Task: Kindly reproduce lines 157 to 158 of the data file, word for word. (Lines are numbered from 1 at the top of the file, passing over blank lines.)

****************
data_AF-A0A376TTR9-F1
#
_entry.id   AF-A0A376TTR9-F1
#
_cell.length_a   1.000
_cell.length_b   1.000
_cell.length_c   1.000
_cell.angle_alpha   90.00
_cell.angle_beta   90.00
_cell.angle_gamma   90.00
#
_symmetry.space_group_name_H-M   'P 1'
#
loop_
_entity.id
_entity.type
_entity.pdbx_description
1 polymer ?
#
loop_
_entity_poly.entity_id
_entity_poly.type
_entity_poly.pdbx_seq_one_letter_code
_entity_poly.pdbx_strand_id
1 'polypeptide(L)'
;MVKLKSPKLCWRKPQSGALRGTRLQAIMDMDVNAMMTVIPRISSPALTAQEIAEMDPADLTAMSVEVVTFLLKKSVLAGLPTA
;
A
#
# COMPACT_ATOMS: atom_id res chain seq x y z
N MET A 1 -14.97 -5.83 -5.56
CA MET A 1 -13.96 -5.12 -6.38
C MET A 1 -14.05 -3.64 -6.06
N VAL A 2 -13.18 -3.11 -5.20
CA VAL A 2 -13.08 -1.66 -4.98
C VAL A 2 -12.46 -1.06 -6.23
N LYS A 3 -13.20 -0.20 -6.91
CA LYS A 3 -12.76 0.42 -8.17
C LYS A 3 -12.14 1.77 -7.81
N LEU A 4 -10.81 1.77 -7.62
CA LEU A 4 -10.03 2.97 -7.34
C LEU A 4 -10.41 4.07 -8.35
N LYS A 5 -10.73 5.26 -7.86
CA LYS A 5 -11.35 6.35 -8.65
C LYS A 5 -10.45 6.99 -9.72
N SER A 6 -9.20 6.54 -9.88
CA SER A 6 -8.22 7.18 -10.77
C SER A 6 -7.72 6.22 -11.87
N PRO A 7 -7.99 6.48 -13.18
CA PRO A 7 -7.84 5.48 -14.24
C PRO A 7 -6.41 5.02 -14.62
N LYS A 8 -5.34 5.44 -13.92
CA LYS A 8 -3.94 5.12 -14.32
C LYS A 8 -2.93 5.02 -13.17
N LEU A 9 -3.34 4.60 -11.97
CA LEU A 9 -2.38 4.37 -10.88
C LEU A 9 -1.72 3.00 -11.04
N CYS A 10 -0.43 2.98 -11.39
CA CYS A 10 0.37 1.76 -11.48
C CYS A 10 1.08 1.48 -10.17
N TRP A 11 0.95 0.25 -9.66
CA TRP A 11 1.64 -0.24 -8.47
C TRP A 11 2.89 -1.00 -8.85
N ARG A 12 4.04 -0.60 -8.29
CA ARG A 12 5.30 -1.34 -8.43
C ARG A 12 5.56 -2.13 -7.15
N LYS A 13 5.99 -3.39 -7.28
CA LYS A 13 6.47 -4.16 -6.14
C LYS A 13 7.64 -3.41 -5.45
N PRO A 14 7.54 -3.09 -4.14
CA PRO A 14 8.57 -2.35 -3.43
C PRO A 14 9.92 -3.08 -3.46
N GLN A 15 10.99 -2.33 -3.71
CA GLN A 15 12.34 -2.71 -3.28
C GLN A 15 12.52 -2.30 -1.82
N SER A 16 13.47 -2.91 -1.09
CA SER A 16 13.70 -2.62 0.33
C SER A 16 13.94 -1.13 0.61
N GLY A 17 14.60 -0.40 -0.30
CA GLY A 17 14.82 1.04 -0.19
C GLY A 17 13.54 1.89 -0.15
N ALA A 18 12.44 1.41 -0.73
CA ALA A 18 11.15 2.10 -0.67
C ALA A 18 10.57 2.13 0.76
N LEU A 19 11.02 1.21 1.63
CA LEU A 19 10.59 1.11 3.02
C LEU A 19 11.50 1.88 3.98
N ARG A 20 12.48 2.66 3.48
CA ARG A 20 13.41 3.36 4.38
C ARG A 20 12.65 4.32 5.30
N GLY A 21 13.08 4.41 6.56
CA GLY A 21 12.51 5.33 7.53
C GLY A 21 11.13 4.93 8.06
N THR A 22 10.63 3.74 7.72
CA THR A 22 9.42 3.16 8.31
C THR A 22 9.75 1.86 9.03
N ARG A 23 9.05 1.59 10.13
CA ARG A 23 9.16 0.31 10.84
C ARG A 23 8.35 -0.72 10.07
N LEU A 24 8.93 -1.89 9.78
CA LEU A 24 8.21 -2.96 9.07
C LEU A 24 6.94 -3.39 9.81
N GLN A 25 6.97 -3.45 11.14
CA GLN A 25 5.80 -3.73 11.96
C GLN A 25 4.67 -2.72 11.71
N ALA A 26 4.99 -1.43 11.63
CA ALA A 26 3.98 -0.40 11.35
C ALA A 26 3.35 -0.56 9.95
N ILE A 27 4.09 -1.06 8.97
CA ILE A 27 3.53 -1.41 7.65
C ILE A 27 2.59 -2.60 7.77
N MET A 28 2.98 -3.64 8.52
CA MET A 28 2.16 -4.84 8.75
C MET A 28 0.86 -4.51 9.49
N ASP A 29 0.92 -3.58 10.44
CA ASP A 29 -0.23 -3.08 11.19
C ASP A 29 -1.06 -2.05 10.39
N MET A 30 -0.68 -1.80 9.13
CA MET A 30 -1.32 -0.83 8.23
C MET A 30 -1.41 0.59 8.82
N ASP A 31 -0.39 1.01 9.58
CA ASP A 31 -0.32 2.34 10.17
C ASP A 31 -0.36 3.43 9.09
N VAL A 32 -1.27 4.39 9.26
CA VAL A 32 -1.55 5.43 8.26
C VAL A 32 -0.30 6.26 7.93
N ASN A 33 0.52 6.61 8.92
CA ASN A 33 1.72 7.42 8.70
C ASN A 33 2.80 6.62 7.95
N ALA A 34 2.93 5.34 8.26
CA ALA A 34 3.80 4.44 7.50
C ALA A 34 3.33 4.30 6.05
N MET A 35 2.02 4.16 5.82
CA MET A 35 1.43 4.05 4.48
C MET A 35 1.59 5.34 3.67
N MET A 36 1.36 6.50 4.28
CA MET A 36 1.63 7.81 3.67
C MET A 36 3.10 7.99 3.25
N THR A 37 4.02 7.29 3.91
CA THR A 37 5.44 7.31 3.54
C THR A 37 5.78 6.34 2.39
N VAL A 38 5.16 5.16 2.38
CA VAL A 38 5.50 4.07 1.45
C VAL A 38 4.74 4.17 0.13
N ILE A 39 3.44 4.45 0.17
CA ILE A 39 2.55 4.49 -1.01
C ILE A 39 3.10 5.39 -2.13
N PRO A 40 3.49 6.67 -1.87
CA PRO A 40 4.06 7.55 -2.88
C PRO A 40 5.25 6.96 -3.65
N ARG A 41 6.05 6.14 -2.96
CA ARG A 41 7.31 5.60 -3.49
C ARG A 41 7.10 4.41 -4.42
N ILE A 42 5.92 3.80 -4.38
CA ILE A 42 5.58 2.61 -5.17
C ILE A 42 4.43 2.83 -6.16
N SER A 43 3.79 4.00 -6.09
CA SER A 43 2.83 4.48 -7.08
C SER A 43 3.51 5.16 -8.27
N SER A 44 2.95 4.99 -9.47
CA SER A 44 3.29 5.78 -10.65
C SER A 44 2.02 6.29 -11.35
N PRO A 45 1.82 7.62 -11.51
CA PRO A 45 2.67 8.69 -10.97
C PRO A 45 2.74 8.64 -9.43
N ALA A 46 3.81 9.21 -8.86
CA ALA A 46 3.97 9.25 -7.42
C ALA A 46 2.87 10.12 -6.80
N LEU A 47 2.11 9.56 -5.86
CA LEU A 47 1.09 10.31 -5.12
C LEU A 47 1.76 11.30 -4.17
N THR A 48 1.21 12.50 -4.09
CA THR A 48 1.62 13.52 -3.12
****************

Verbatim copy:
N SER A 43 3.79 4.00 -6.09
CA SER A 43 2.83 4.48 -7.08